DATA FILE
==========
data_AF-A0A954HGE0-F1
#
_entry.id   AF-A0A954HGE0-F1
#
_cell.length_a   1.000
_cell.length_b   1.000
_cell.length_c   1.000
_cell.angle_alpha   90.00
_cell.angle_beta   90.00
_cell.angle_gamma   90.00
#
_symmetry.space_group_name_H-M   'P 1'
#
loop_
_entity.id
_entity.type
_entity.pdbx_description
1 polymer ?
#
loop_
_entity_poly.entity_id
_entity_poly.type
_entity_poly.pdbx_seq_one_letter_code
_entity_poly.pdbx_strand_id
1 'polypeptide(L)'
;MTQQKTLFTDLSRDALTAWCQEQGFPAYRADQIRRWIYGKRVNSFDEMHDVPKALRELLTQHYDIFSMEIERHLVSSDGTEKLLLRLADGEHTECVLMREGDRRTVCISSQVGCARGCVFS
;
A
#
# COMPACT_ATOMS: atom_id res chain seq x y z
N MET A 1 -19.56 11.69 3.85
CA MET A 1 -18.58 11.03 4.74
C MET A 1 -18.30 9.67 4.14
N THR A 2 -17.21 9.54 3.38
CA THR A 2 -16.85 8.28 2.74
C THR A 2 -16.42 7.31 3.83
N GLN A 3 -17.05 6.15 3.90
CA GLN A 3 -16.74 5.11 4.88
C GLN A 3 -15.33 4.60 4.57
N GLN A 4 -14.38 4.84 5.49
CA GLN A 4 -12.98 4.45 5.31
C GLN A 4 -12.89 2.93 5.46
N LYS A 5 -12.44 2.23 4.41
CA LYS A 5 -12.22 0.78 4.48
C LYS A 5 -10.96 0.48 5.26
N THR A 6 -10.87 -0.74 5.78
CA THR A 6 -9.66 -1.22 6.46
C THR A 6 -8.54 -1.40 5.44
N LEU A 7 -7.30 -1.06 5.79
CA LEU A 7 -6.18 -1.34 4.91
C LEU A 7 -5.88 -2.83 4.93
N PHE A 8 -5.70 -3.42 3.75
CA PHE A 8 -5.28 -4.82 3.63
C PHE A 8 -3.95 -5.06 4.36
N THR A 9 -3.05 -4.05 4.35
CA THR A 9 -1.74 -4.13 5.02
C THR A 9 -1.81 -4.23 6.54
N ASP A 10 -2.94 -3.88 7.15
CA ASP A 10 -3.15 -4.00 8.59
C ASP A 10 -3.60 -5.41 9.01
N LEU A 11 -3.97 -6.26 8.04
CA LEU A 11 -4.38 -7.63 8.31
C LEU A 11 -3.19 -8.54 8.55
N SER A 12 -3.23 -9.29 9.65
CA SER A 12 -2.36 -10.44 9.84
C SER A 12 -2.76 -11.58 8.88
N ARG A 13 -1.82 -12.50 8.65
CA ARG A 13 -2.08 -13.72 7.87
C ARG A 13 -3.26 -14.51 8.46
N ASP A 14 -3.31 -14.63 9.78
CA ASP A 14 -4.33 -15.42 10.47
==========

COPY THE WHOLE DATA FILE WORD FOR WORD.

data_AF-A0A954HGE0-F1
#
_entry.id   AF-A0A954HGE0-F1
#
_cell.length_a   1.000
_cell.length_b   1.000
_cell.length_c   1.000
_cell.angle_alpha   90.00
_cell.angle_beta   90.00
_cell.angle_gamma   90.00
#
_symmetry.space_group_name_H-M   'P 1'
#
loop_
_entity.id
_entity.type
_entity.pdbx_description
1 polymer ?
#
loop_
_entity_poly.entity_id
_entity_poly.type
_entity_poly.pdbx_seq_one_letter_code
_entity_poly.pdbx_strand_id
1 'polypeptide(L)'
;MTQQKTLFTDLSRDALTAWCQEQGFPAYRADQIRRWIYGKRVNSFDEMHDVPKALRELLTQHYDIFSMEIERHLVSSDGTEKLLLRLADGEHTECVLMREGDRRTVCISSQVGCARGCVFS
;
A
#
# COMPACT_ATOMS: atom_id res chain seq x y z
N MET A 1 -19.56 11.69 3.85
CA MET A 1 -18.58 11.03 4.74
C MET A 1 -18.30 9.67 4.14
N THR A 2 -17.21 9.54 3.38
CA THR A 2 -16.85 8.28 2.74
C THR A 2 -16.42 7.31 3.83
N GLN A 3 -17.05 6.15 3.90
CA GLN A 3 -16.74 5.11 4.88
C GLN A 3 -15.33 4.60 4.57
N GLN A 4 -14.38 4.84 5.49
CA GLN A 4 -12.98 4.45 5.31
C GLN A 4 -12.89 2.93 5.46
N LYS A 5 -12.44 2.23 4.41
CA LYS A 5 -12.22 0.78 4.48
C LYS A 5 -10.96 0.48 5.26
N THR A 6 -10.87 -0.74 5.78
CA THR A 6 -9.66 -1.22 6.46
C THR A 6 -8.54 -1.40 5.44
N LEU A 7 -7.30 -1.06 5.79
CA LEU A 7 -6.18 -1.34 4.91
C LEU A 7 -5.88 -2.83 4.93
N PHE A 8 -5.70 -3.42 3.75
CA PHE A 8 -5.28 -4.82 3.63
C PHE A 8 -3.95 -5.06 4.36
N THR A 9 -3.05 -4.05 4.35
CA THR A 9 -1.74 -4.13 5.02
C THR A 9 -1.81 -4.23 6.54
N ASP A 10 -2.94 -3.88 7.15
CA ASP A 10 -3.15 -4.00 8.59
C ASP A 10 -3.60 -5.41 9.01
N LEU A 11 -3.97 -6.26 8.04
CA LEU A 11 -4.38 -7.63 8.31
C LEU A 11 -3.19 -8.54 8.55
N SER A 12 -3.23 -9.29 9.65
CA SER A 12 -2.36 -10.44 9.84
C SER A 12 -2.76 -11.58 8.88
N ARG A 13 -1.82 -12.50 8.65
CA ARG A 13 -2.08 -13.72 7.87
C ARG A 13 -3.26 -14.51 8.46
N ASP A 14 -3.31 -14.63 9.78
CA ASP A 14 -4.33 -15.42 10.47